One Example of a Rat Play Room
In my space I don't allow my rats to free-range. I do, however, want them to be able to run around in a largish space, so I came up with this temporary and semi-portable "room". I devote most of a human room to this thing, but one can always make it smaller too, if moving it or closing it down becomes important.
The most important point: Giving rats a rat room requires 100% supervision of the rats with a human inside. Depending on how busy you make the room (boxes, etc.), they need to be watched and kept safe. Also, in these photos you will see tall piles of boxes, which are unsafe for many rats. My rats have been practicing with boxes and bins, for climbing and balancing, since they were babies. I trained them gradually to build up their muscles and balancing and jumping skills. Please do not put objects in a room for rats to play on if the rats aren't physically fit to keep themselves safe. I would consider this current set up to be ideal for very fit and skilled rats only.
I'm sure that if I just closed the door and left the rats inside, they would instantly decide they wanted out. With me inside, I'm also unclear about why they are this way, but they are completely tolerant of staying inside. They snuffle the edges but make no efforts to gnaw through the cardboard or dig under the edge. My first rats, 4 girls, were in a different rat room set-up with cardboard on only two sides, and wall-walls on the other two sides, and while I didn't have fleece on the floor (had linoleum), I had to watch them constantly or they would dig and gnaw to escape. I don't know if this is a girl-boy difference or a function of the different structures of the rat rooms, or both. In any case the point is that I can't tell you how your rats would do with this structure but supervision is key in any case.
The materials: 8' x 4' double-thick cardboard flats (got mine at local UPS store) (I think UHaul might carry them too?). I bought 12 flats and brought them home on the roof of my car. Still have 2 stored. For this rat room you need at most 6 flats: 4 for the four walls and 2 for the flooring.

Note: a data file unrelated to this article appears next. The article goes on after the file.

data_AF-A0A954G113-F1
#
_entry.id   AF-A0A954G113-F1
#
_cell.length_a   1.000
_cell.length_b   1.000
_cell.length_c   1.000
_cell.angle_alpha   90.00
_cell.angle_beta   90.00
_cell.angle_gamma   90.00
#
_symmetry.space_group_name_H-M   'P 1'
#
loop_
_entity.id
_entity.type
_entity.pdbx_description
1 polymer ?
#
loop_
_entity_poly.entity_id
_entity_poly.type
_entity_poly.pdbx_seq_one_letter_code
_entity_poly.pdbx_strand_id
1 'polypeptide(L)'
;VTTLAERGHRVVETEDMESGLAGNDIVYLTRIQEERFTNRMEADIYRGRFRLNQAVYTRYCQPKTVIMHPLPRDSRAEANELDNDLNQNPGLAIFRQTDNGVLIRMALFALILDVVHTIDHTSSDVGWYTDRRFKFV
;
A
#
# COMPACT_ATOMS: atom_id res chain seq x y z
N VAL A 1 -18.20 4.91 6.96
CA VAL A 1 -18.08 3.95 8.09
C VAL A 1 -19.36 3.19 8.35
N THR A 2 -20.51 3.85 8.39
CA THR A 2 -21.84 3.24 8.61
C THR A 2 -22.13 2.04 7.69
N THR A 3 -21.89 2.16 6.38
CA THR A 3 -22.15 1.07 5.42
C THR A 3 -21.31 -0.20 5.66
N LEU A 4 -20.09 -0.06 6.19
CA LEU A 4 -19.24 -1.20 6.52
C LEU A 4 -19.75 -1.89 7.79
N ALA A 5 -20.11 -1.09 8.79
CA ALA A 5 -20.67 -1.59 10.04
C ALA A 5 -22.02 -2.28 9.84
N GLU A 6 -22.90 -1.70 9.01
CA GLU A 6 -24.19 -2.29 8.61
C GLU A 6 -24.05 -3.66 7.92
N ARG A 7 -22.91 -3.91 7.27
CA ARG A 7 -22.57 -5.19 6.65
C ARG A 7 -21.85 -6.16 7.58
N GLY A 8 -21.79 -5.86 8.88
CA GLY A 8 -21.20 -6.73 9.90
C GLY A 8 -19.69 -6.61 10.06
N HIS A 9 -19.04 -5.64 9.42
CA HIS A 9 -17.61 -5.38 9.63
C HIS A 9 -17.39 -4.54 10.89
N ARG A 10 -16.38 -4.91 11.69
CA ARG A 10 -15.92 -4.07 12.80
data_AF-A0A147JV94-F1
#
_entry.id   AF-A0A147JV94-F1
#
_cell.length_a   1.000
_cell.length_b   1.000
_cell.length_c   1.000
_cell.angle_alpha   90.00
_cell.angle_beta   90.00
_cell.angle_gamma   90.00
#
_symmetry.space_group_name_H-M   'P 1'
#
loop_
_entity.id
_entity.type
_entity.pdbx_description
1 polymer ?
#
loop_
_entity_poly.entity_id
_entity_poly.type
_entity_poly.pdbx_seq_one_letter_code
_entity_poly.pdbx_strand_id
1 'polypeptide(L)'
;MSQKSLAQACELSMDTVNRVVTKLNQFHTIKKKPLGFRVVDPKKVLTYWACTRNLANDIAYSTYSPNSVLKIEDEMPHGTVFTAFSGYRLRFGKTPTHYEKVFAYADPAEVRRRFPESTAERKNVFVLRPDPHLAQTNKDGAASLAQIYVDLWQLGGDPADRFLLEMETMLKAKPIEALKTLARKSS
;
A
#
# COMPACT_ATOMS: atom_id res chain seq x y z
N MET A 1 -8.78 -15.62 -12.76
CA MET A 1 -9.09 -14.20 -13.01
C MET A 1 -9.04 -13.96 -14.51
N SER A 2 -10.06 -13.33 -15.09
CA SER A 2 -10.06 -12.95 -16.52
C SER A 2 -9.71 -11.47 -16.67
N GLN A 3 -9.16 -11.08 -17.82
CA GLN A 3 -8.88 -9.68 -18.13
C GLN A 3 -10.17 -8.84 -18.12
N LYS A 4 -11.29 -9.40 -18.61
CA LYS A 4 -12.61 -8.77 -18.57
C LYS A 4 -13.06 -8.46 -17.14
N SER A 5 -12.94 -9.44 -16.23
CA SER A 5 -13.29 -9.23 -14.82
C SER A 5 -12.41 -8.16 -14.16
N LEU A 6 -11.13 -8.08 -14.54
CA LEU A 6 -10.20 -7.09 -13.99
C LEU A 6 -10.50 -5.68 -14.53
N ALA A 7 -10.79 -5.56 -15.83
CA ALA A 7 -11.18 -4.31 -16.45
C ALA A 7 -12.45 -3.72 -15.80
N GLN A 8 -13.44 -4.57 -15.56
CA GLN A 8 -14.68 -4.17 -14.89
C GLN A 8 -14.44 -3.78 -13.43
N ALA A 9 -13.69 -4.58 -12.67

I have two flats as a floor because my apartment is wall-to-wall carpeted so I don't want carpet open to the rats, then double-fleece lined inside for their flooring pleasure. The floor flats are positioned to be about 6-8 inches bigger than the dimensions of the room, and the fleece carpet layers go way outside the walls also. That way the carpet is well out of reach of the edges and the rats don't know there is anything different outside the room.
The 6' width is somewhat flexible depending on your space requirements. For the 2 smaller walls, two 8' flats are folded at each end to make a 90 degree angle. You need at least 6 inches for a fold. Each fold is done sharply. I recall I put something heavy and straight along the line where I wanted the bend. To make sure the line was straight I pressed whatever it was in place with my knees, and then pulled fast and firmly and evenly to make the 'break' (bend).
Position the 4 walls in place and clamp the overlapping corners with 2-inch binder clips at the top and bottom. I put two at the top and two at the bottom of each corner for strong clamping power. Ideally you want clean straight lines so that the corners appear seamless (not interesting to rats :).
The flat side that has the door is actually two pieces, one that is the full 4' high, and a 2nd piece that I cut down to make a kind of stall door or gate. In hindsight I might have made this opening much higher - even left it as 4 feet. Not sure why I did it the way I did, actually. Inside I don't put boxes or other objects that the rats could climb near the door, because they do periodically stand up on the nearest box top and stare towards the door opening, and I'm sure if they could reach it within inches they would try to jump. (Evidence!: http://www.joinrats.com/Friends/Gwen/BoyRatRoom/17180589_PmnXxn#!i=1302747309&k=3T7NdSx
Keeping the door closed is also amazingly simple for the 3 boy rats who don't test it. It's clamped at the edge like the other sides, at the bottom, but the top can't clamp because the door top edge isn't in line with the wall top edge. That works okay because on the other side of the door I use one binder clip at an angle to hold the top edge of the stall door against the taller wall, and then set a very heavy object outside the door and leaned against it, which makes the door appear very solid to a rat on the inside. It doesn't 'give'.
I also have objects resting outside some of the walls, lightly against the walls, for basic support, but inside nothing leans on the walls, and certainly not a human. The walls are left untouched because I don't want pressure to cause wrinkles or bends over time. I have noticed that over time the walls can shift anyway as anything touches them. Periodically I have to reposition the walls, usually when I pull up the fleece to wash it.
Below are photos of all aspects of this rat room, with the most current version first and the original construction at the end.
See how this is quite temporary and somewhat fragile, and yet bulky and kind of not easily moved? But it works for me.
The best function of a rat room like this is to toss some loose oat flakes all over the place and watch the rats go into foraging mode. Foraging in the forest - a basic life skill of rats!
(For more ideas, here's another rat room done a different way: http://www.joinrats.com/Friends/Gwen/RatRoom/10568204_JpzKNj#!i=620787830&k=abi4P